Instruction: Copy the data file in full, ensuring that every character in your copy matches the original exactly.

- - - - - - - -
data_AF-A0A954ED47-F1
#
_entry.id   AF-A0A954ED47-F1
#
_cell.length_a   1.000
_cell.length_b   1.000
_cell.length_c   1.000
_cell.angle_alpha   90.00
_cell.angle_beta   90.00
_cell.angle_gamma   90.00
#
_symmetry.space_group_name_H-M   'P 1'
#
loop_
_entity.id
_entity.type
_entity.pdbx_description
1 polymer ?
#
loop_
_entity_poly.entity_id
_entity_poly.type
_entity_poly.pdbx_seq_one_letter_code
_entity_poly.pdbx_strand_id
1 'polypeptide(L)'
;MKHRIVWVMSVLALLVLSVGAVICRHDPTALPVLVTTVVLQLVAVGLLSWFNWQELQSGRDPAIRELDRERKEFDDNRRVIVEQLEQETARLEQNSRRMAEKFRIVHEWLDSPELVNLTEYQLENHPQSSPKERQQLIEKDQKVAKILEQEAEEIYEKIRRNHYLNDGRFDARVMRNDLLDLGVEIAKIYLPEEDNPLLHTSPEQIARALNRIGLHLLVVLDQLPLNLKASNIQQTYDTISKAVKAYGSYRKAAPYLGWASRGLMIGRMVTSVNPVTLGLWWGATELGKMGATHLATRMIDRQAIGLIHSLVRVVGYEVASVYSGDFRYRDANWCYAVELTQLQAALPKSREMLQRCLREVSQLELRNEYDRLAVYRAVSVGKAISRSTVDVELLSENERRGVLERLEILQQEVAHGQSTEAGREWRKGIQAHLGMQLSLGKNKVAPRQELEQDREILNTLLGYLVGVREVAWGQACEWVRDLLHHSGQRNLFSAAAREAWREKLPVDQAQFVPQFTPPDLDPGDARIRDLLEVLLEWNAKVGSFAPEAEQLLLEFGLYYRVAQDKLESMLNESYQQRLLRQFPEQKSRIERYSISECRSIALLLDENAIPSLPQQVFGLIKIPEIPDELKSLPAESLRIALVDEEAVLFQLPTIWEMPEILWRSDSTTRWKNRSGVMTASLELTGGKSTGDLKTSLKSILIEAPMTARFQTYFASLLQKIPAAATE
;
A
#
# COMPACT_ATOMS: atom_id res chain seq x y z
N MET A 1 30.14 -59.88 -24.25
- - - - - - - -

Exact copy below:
data_AF-A0A954ED47-F1
#
_entry.id   AF-A0A954ED47-F1
#
_cell.length_a   1.000
_cell.length_b   1.000
_cell.length_c   1.000
_cell.angle_alpha   90.00
_cell.angle_beta   90.00
_cell.angle_gamma   90.00
#
_symmetry.space_group_name_H-M   'P 1'
#
loop_
_entity.id
_entity.type
_entity.pdbx_description
1 polymer ?
#
loop_
_entity_poly.entity_id
_entity_poly.type
_entity_poly.pdbx_seq_one_letter_code
_entity_poly.pdbx_strand_id
1 'polypeptide(L)'
;MKHRIVWVMSVLALLVLSVGAVICRHDPTALPVLVTTVVLQLVAVGLLSWFNWQELQSGRDPAIRELDRERKEFDDNRRVIVEQLEQETARLEQNSRRMAEKFRIVHEWLDSPELVNLTEYQLENHPQSSPKERQQLIEKDQKVAKILEQEAEEIYEKIRRNHYLNDGRFDARVMRNDLLDLGVEIAKIYLPEEDNPLLHTSPEQIARALNRIGLHLLVVLDQLPLNLKASNIQQTYDTISKAVKAYGSYRKAAPYLGWASRGLMIGRMVTSVNPVTLGLWWGATELGKMGATHLATRMIDRQAIGLIHSLVRVVGYEVASVYSGDFRYRDANWCYAVELTQLQAALPKSREMLQRCLREVSQLELRNEYDRLAVYRAVSVGKAISRSTVDVELLSENERRGVLERLEILQQEVAHGQSTEAGREWRKGIQAHLGMQLSLGKNKVAPRQELEQDREILNTLLGYLVGVREVAWGQACEWVRDLLHHSGQRNLFSAAAREAWREKLPVDQAQFVPQFTPPDLDPGDARIRDLLEVLLEWNAKVGSFAPEAEQLLLEFGLYYRVAQDKLESMLNESYQQRLLRQFPEQKSRIERYSISECRSIALLLDENAIPSLPQQVFGLIKIPEIPDELKSLPAESLRIALVDEEAVLFQLPTIWEMPEILWRSDSTTRWKNRSGVMTASLELTGGKSTGDLKTSLKSILIEAPMTARFQTYFASLLQKIPAAATE
;
A
#
# COMPACT_ATOMS: atom_id res chain seq x y z
N MET A 1 30.14 -59.88 -24.25